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I've created an Accidental Trombone from my water heater vent piping

artnkingartnking Posts: 4Member
edited December 2016 in THE MAIN WALL
DIY guy here who just installed a new Westinghouse 50-gallon water heater, model WGR050NG076. This is the same as the HTP PH76-50. I used 2" PVC piping for air intake and vent from my basement, and sideways through the concrete wall and venting on an outside wall. I inadvertently created a trombone. The water heater fan is on a resonant frequency that causes a low frequency rumble that can be heard throughout the house, and outside in the yard.
Here is a link to a 1-second video of the outside vent. You can hear the noise in the video.
https://goo.gl/photos/Ma5VWEWywwKHwiks7

Here's a link to two photos, showing the PVC piping inside and outside the house.
https://goo.gl/photos/14TLmnnnY9gWqi9e8

I'm looking for advice on how to get rid of my accidental trombone. Thank you!

Comments

  • Jamie HallJamie Hall Posts: 10,478Member
    The only way to get rid of a resonance is to change either the driver -- which is the fan, which you can't do -- or the length of the pipe. Which you can do. That may or may not work...
    Jamie



    Building superintendent/caretaker, 7200 sq. ft. historic house museum with dependencies in New England.



    Hoffman Equipped System (all original except boiler), Weil-Mclain 580, 2.75 gph Carlin, Vapourstat 0.5 -- 6.0 ounces per square inch
  • hot_rodhot_rod Posts: 11,468Member
    You might be able to dial away the sound, not unlike the foghorn post below. Did you check the burner operation with a combustion analyzer?
    Bob "hot rod" Rohr
    trainer for Caleffi NA
    The magic is in hydronics, and hydronics is in me
  • AbracadabraAbracadabra Posts: 1,948Member
    Isn't the exhaust too close to the window?
  • j a_2j a_2 Posts: 1,796Member

    Isn't the exhaust too close to the window?

    Not if it's a direct vent, and it appears to be....but worth checking the book....you definitly don't want the intake air sucking in the exhaust...HO sit back and read the manual, come back with any clarifications you may need help with...Beg borrow or steal a combustion analyzer, but do get one and post your readings...can't help much with out those readings
  • GordyGordy Posts: 9,264Member
  • artnkingartnking Posts: 4Member

    The only way to get rid of a resonance is to change either the driver -- which is the fan, which you can't do -- or the length of the pipe. Which you can do. That may or may not work...

    I've got the space to change the pipe length and layout. My total pipe length is well below the maximums called out in the manual. If I re-routed the pipe and made it a foot longer, or broke up the longest run, would that likely help?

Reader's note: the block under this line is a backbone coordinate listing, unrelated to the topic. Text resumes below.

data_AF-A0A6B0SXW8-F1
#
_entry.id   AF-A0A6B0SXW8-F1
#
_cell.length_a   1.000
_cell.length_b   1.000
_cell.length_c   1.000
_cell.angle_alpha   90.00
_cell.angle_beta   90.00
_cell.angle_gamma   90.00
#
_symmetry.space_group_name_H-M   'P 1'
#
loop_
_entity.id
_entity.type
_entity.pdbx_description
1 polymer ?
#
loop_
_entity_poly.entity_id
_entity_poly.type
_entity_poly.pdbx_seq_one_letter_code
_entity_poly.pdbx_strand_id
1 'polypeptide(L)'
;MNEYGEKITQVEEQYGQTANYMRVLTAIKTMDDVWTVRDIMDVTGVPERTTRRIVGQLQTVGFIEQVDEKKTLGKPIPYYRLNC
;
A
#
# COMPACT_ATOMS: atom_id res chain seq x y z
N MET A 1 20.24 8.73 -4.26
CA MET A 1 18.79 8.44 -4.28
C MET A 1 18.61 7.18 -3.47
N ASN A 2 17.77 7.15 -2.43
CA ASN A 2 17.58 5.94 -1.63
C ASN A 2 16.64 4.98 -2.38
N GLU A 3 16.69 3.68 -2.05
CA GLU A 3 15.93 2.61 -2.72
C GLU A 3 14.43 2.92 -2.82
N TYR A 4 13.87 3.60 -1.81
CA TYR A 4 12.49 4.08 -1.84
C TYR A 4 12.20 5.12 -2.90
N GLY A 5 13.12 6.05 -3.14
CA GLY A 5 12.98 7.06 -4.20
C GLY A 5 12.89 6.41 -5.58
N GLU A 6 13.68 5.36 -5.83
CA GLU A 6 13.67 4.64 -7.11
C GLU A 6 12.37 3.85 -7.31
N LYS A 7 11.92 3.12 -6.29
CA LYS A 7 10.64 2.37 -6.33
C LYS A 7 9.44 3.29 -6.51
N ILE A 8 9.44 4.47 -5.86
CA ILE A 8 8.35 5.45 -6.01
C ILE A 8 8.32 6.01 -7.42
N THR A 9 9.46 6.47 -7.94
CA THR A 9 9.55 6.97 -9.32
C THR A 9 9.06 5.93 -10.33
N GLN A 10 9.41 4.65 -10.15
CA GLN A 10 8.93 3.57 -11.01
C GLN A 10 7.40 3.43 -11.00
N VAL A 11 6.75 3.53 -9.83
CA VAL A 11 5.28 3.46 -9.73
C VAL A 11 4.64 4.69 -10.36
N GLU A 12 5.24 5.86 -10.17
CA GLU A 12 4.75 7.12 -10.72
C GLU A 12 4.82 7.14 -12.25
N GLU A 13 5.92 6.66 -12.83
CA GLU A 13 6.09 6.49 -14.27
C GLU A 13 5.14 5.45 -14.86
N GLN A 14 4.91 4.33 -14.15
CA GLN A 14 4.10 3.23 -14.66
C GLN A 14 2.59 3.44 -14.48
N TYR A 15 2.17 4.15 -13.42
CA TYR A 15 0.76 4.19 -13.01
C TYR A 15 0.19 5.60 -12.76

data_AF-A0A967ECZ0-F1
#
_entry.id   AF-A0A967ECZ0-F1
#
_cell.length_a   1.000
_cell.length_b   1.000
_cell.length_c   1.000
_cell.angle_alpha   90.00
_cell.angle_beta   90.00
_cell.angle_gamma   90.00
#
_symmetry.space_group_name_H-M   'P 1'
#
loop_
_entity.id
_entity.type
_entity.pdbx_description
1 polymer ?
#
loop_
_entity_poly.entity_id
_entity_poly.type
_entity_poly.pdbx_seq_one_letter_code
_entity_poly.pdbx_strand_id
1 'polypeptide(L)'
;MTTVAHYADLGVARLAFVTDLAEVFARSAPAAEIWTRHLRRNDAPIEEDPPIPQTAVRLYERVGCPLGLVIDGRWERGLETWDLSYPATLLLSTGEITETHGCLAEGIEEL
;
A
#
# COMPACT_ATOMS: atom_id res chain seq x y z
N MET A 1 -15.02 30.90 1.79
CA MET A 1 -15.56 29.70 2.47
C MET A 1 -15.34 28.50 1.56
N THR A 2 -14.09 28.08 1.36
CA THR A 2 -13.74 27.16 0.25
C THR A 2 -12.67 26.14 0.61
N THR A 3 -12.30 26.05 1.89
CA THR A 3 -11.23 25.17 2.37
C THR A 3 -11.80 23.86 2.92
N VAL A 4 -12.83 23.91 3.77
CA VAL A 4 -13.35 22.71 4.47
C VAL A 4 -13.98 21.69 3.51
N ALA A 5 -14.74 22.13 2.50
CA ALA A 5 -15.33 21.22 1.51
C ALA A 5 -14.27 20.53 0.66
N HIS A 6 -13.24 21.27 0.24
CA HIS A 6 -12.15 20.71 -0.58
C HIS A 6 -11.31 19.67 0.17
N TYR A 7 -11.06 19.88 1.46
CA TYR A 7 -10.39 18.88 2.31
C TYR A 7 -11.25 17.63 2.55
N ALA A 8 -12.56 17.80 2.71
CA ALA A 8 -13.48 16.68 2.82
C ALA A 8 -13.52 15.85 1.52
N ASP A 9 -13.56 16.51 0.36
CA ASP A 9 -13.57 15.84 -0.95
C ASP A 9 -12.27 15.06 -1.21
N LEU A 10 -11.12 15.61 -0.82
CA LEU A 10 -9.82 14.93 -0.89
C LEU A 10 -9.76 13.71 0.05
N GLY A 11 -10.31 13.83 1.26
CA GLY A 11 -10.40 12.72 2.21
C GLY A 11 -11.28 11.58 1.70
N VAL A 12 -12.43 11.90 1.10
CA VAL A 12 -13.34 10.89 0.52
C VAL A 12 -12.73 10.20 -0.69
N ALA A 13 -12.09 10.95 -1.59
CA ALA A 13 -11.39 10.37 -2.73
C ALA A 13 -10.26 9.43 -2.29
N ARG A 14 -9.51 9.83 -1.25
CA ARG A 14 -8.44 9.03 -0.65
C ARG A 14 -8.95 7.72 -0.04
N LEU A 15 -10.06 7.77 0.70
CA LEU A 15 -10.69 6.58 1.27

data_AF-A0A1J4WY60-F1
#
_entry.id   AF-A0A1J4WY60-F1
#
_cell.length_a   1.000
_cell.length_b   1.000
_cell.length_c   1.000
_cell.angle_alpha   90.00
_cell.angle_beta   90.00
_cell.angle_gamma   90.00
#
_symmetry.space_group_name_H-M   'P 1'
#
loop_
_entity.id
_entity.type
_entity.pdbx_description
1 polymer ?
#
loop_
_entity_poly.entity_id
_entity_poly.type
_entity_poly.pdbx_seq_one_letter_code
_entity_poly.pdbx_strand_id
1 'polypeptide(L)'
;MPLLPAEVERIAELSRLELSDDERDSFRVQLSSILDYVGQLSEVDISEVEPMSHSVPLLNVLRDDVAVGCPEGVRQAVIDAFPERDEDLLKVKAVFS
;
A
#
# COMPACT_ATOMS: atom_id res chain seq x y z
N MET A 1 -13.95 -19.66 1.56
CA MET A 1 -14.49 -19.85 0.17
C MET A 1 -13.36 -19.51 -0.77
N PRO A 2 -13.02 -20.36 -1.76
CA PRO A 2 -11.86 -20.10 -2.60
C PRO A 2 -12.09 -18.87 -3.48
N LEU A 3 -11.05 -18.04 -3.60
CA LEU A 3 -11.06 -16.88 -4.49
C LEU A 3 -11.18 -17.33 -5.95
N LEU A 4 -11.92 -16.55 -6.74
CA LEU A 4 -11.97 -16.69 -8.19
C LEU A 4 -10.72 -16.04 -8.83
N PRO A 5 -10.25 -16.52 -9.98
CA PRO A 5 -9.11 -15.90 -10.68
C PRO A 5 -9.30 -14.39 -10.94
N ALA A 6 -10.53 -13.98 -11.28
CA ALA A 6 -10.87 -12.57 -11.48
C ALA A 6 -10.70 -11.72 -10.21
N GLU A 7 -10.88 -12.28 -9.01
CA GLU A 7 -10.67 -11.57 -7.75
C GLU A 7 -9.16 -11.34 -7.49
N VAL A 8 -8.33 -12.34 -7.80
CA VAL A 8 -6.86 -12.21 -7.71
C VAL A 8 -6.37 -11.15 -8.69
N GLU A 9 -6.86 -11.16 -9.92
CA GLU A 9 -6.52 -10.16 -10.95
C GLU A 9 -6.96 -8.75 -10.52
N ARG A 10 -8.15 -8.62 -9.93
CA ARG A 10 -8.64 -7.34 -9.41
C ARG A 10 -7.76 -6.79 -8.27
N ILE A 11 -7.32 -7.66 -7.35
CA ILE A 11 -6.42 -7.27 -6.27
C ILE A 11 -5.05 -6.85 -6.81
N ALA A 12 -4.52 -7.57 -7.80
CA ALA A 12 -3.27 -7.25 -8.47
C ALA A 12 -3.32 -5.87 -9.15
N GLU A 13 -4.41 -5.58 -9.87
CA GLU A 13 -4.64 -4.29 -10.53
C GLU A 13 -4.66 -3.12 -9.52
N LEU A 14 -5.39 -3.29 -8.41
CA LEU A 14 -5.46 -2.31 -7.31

• artnkingartnking Posts: 4Member
    j a said:

    Isn't the exhaust too close to the window?

    Not if it's a direct vent, and it appears to be....but worth checking the book....you definitly don't want the intake air sucking in the exhaust...HO sit back and read the manual, come back with any clarifications you may need help with...Beg borrow or steal a combustion analyzer, but do get one and post your readings...can't help much with out those readings
    The distance from the vent and the intake and the window are well in excess of the minimums called out in the manual. I'm a newbie, so this may be a dumb question, but please explain how readings from a combustion analyzer would help me with my resonant noise problem.
  • Bob Bona_4Bob Bona_4 Posts: 2,083Member
    Excess air can cause light off harmonics. Would be good to get a baseline on your combustion settings.
  • IronmanIronman Posts: 5,042Member
    It's not the piping - if it's the correct size.

    The harmonics is in the combustion which is why a combustion analysis is MANDATORY.

    As Bob mentioned, probably too lean a fuel/ air mixture.

    The CSST connector that you used in the gas line can also be a factor. Either get rid of it or go at least one diameter larger.

    Your problem is a common occurrence with negative pressure gas trains and we deal with it often. Get the combustion mixture to the rich end of the manufacturer's specs and get rid of the connector. One or both should silence your trombone.
    Bob Boan


    You can choose to do what you want, but you cannot choose the consequences.
  • artnkingartnking Posts: 4Member
    Ironman said:

    It's not the piping - if it's the correct size.

    The harmonics is in the combustion which is why a combustion analysis is MANDATORY.

    As Bob mentioned, probably too lean a fuel/ air mixture.

    The CSST connector that you used in the gas line can also be a factor. Either get rid of it or go at least one diameter larger.

    Your problem is a common occurrence with negative pressure gas trains and we deal with it often. Get the combustion mixture to the rich end of the manufacturer's specs and get rid of the connector. One or both should silence your trombone.

    Ironman, you were exactly on target with your advice. I finally got on the schedule with a local heating contractor who came out with his combustion analyzer and gas manometer. With a little help from the Westinghouse tech support people, he was able to adjust the mixture and eliminate the harmonic noise. As a bonus, his combustion analyzer showed that his changes had also increased the efficiency from 87% to 95%.

    Thank you Ironman!
  • IronmanIronman Posts: 5,042Member
    Glad that fixed it.
    Bob Boan


    You can choose to do what you want, but you cannot choose the consequences.
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